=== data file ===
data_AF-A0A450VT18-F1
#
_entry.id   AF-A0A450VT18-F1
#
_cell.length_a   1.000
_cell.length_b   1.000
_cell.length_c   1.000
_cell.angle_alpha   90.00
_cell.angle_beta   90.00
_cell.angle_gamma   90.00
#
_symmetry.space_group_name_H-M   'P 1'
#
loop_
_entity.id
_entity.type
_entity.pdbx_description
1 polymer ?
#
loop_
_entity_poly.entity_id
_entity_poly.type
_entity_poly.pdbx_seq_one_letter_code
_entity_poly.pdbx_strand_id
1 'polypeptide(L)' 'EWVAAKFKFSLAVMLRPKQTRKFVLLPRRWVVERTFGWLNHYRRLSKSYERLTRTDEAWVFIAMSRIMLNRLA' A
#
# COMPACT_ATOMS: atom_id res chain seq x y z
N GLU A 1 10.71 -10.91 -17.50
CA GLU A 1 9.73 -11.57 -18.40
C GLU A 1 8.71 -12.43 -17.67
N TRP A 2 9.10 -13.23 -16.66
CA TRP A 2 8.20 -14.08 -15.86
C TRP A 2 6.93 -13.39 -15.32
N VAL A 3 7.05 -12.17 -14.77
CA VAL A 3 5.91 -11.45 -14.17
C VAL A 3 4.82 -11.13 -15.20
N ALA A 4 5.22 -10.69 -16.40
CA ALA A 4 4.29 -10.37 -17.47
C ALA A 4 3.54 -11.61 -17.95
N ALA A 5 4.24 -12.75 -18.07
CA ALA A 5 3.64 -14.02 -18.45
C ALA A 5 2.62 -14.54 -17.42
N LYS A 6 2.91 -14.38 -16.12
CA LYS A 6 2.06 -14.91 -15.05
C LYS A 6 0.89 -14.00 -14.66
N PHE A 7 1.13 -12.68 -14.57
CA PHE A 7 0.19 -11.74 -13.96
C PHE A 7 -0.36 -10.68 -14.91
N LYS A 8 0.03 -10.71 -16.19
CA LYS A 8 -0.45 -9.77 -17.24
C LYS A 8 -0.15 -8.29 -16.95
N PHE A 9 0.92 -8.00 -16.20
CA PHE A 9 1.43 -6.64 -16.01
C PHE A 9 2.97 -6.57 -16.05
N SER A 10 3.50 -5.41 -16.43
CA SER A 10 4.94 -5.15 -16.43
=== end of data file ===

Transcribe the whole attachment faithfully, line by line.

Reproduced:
data_AF-A0A450VT18-F1
#
_entry.id   AF-A0A450VT18-F1
#
_cell.length_a   1.000
_cell.length_b   1.000
_cell.length_c   1.000
_cell.angle_alpha   90.00
_cell.angle_beta   90.00
_cell.angle_gamma   90.00
#
_symmetry.space_group_name_H-M   'P 1'
#
loop_
_entity.id
_entity.type
_entity.pdbx_description
1 polymer ?
#
loop_
_entity_poly.entity_id
_entity_poly.type
_entity_poly.pdbx_seq_one_letter_code
_entity_poly.pdbx_strand_id
1 'polypeptide(L)' 'EWVAAKFKFSLAVMLRPKQTRKFVLLPRRWVVERTFGWLNHYRRLSKSYERLTRTDEAWVFIAMSRIMLNRLA' A
#
# COMPACT_ATOMS: atom_id res chain seq x y z
N GLU A 1 10.71 -10.91 -17.50
CA GLU A 1 9.73 -11.57 -18.40
C GLU A 1 8.71 -12.43 -17.67
N TRP A 2 9.10 -13.23 -16.66
CA TRP A 2 8.20 -14.08 -15.86
C TRP A 2 6.93 -13.39 -15.32
N VAL A 3 7.05 -12.17 -14.77
CA VAL A 3 5.91 -11.45 -14.17
C VAL A 3 4.82 -11.13 -15.20
N ALA A 4 5.22 -10.69 -16.40
CA ALA A 4 4.29 -10.37 -17.47
C ALA A 4 3.54 -11.61 -17.95
N ALA A 5 4.24 -12.75 -18.07
CA ALA A 5 3.64 -14.02 -18.45
C ALA A 5 2.62 -14.54 -17.42
N LYS A 6 2.91 -14.38 -16.12
CA LYS A 6 2.06 -14.91 -15.05
C LYS A 6 0.89 -14.00 -14.66
N PHE A 7 1.13 -12.68 -14.57
CA PHE A 7 0.19 -11.74 -13.96
C PHE A 7 -0.36 -10.68 -14.91
N LYS A 8 0.03 -10.71 -16.19
CA LYS A 8 -0.45 -9.77 -17.24
C LYS A 8 -0.15 -8.29 -16.95
N PHE A 9 0.92 -8.00 -16.20
CA PHE A 9 1.43 -6.64 -16.01
C PHE A 9 2.97 -6.57 -16.05
N SER A 10 3.50 -5.41 -16.43
CA SER A 10 4.94 -5.15 -16.43